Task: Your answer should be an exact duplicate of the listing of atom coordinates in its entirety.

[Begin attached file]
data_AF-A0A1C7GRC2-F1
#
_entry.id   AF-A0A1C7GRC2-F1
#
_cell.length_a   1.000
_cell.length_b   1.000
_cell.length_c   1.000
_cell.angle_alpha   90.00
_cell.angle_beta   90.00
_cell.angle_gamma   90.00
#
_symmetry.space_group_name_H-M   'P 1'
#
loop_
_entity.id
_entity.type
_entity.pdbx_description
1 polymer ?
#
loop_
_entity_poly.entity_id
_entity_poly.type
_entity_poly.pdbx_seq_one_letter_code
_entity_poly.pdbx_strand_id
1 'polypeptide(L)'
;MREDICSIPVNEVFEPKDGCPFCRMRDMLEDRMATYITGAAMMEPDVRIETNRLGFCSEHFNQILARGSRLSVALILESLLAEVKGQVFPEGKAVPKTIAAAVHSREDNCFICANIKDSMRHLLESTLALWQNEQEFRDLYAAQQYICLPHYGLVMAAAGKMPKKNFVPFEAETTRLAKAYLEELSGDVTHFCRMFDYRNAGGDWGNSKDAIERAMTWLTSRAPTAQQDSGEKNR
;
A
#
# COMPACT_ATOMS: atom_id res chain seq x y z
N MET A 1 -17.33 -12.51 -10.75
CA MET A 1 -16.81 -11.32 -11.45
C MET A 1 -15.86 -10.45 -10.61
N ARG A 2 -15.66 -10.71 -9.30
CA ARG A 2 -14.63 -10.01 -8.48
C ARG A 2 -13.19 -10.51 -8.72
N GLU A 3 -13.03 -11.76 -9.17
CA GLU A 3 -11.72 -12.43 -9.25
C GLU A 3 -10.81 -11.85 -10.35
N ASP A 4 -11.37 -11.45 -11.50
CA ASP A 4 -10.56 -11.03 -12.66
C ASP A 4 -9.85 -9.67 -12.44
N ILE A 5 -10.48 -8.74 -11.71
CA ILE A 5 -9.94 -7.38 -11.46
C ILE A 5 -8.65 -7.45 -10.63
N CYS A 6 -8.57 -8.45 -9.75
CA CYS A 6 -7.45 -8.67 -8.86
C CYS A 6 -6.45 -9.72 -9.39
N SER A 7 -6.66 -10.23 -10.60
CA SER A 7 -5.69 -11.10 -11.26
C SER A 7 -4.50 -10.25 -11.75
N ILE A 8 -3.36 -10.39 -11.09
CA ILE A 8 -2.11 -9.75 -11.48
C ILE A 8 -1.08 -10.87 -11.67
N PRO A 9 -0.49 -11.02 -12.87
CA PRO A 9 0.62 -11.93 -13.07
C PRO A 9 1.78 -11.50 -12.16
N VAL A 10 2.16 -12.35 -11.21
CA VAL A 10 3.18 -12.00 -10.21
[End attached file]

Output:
data_AF-A0A1C7GRC2-F1
#
_entry.id   AF-A0A1C7GRC2-F1
#
_cell.length_a   1.000
_cell.length_b   1.000
_cell.length_c   1.000
_cell.angle_alpha   90.00
_cell.angle_beta   90.00
_cell.angle_gamma   90.00
#
_symmetry.space_group_name_H-M   'P 1'
#
loop_
_entity.id
_entity.type
_entity.pdbx_description
1 polymer ?
#
loop_
_entity_poly.entity_id
_entity_poly.type
_entity_poly.pdbx_seq_one_letter_code
_entity_poly.pdbx_strand_id
1 'polypeptide(L)'
;MREDICSIPVNEVFEPKDGCPFCRMRDMLEDRMATYITGAAMMEPDVRIETNRLGFCSEHFNQILARGSRLSVALILESLLAEVKGQVFPEGKAVPKTIAAAVHSREDNCFICANIKDSMRHLLESTLALWQNEQEFRDLYAAQQYICLPHYGLVMAAAGKMPKKNFVPFEAETTRLAKAYLEELSGDVTHFCRMFDYRNAGGDWGNSKDAIERAMTWLTSRAPTAQQDSGEKNR
;
A
#
# COMPACT_ATOMS: atom_id res chain seq x y z
N MET A 1 -17.33 -12.51 -10.75
CA MET A 1 -16.81 -11.32 -11.45
C MET A 1 -15.86 -10.45 -10.61
N ARG A 2 -15.66 -10.71 -9.30
CA ARG A 2 -14.63 -10.01 -8.48
C ARG A 2 -13.19 -10.51 -8.72
N GLU A 3 -13.03 -11.76 -9.17
CA GLU A 3 -11.72 -12.43 -9.25
C GLU A 3 -10.81 -11.85 -10.35
N ASP A 4 -11.37 -11.45 -11.50
CA ASP A 4 -10.56 -11.03 -12.66
C ASP A 4 -9.85 -9.67 -12.44
N ILE A 5 -10.48 -8.74 -11.71
CA ILE A 5 -9.94 -7.38 -11.46
C ILE A 5 -8.65 -7.45 -10.63
N CYS A 6 -8.57 -8.45 -9.75
CA CYS A 6 -7.45 -8.67 -8.86
C CYS A 6 -6.45 -9.72 -9.39
N SER A 7 -6.66 -10.23 -10.60
CA SER A 7 -5.69 -11.10 -11.26
C SER A 7 -4.50 -10.25 -11.75
N ILE A 8 -3.36 -10.39 -11.09
CA ILE A 8 -2.11 -9.75 -11.48
C ILE A 8 -1.08 -10.87 -11.67
N PRO A 9 -0.49 -11.02 -12.87
CA PRO A 9 0.62 -11.93 -13.07
C PRO A 9 1.78 -11.50 -12.16
N VAL A 10 2.16 -12.35 -11.21
CA VAL A 10 3.18 -12.00 -10.21